As a shy introvert with social anxiety, I used to dread small-talk. I thought it was useless and unnecessary, I would rather be silent than talk about things that I have no interest in. On my journey to overcome social anxiety, I realized that while small-talk is bordering on the frivolous, it’s an important skill to have. The ability to speak comfortably with strangers, coworkers, and casual acquaintances is valuable. It’s a great way to make new friends and maybe even find a new career opportunity.
These strategies will help you develop your ability to small-talk:
1. Be prepared. Have a few things to talk about beforehand. If you’re heading to a party or other social gathering, think of two or three things you can bring up as conversation topics. It could be something interesting that’s happening in your life or a current news item.
2. Be curious. Show that you’re interested and the other people will find you interesting. Pretend you’re a detective trying to find out more about the other person. Be curious and ask questions.
3. Ask the right questions. Avoid simple one-word-answer questions. These are questions like, “Where are you from?” or “What do you do for a living?” Instead, ask questions that require lengthier answers. Starting a sentence with “why” or “how” is a good bet. Get the other person talking and relax.
4. Be an excellent listener. You can become an amazing conversationalist by asking a few, good questions and giving your full attention to the other person. Hang on their every word and listen for all you’re worth. Maintain eye contact and give the impression that you’re fascinated with them.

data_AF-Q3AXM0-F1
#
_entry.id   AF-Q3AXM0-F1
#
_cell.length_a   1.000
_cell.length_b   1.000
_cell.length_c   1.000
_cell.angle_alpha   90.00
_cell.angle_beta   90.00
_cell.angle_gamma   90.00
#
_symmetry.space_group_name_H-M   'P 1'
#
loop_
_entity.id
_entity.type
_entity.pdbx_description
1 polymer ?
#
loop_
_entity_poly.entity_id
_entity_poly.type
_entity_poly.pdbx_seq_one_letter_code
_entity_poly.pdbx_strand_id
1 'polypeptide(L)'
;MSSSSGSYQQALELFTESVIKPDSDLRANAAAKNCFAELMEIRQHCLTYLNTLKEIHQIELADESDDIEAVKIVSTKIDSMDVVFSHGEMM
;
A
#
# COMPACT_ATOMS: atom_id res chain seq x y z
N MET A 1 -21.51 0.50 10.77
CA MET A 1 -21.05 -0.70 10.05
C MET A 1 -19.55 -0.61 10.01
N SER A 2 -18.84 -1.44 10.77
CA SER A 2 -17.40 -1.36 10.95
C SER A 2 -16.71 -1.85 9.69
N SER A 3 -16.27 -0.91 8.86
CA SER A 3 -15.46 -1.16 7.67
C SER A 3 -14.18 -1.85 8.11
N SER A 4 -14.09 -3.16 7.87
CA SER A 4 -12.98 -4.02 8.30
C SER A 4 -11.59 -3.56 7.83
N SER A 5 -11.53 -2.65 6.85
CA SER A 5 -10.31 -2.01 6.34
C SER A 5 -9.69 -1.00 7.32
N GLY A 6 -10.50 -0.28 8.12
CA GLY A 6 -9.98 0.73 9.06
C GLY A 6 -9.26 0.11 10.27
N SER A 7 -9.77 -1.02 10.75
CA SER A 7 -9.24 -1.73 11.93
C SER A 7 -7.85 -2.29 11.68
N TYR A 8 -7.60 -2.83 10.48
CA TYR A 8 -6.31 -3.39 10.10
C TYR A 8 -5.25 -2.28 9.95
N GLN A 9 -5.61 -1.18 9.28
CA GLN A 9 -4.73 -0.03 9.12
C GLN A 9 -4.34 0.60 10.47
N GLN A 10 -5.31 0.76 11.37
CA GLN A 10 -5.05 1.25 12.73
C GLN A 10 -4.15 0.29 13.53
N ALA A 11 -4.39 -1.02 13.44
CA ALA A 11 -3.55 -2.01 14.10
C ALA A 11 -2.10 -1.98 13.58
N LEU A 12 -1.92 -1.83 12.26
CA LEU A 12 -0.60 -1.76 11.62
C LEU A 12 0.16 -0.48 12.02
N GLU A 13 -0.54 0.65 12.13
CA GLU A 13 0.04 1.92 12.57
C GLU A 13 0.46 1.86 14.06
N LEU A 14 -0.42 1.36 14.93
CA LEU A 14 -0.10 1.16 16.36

5. Put your phone away. Studies have shown that participants in a conversation are less satisfied with the conversation if a phone was present. It didn’t matter if the phone was on the table and never touched! Keep your phone out of sight. You can check your text messages later.
6. Get lots of practice. One thing the world has plenty of is people. Use them to practice your small-talk skills. Whenever you’re out of the house, find an excuse to strike up a 2-minute conversation. You’ll be amazed by how quickly your skills and comfort grow.
7. Have reasonable expectations. One little chat is unlikely to lead to a great love affair, a promotion, or the most interesting conversation you’ve ever had. That’s good news! You can relax and enjoy the conversation for what it is — an enjoyable, low-stress, social interaction.
8. Be prepared with an escape. Many small-talk conversations die quickly. It’s not necessary to hang in there until the bitter end. Have a few escapes lined up in advance, such as:
· Allow me to introduce you to my friend, Jane.
· It’s been a pleasure. I have to say hello to a client.
9. Avoid oversharing. Talking about the weather is boring. However, talking about your child-custody battle with a stranger is sharing too much. Be interesting without making the conversation uncomfortable.
10. Keep moving. Enjoy yourself. If you’re not finding pleasure in a particular conversation, you’re free to move on to another. Bow out gracefully and look for greener pastures.
Small-talk skills require practice, but you have plenty of opportunities to gain experience. Seek out every opportunity to practice your skills. Small-talk skills can enhance your social life and your career. You might even learn to enjoy chatting with a stranger.
If you would like more information to thrive as an introvert, check out my free Introvert Survival Guide.
If you want more strategies to manage social anxiety, join my community where I’ll be sharing more techniques to overcome loneliness and fear of communicating with others, by showing you how to communicate better in your interpersonal and professional relationships, to have the social life and the career you want.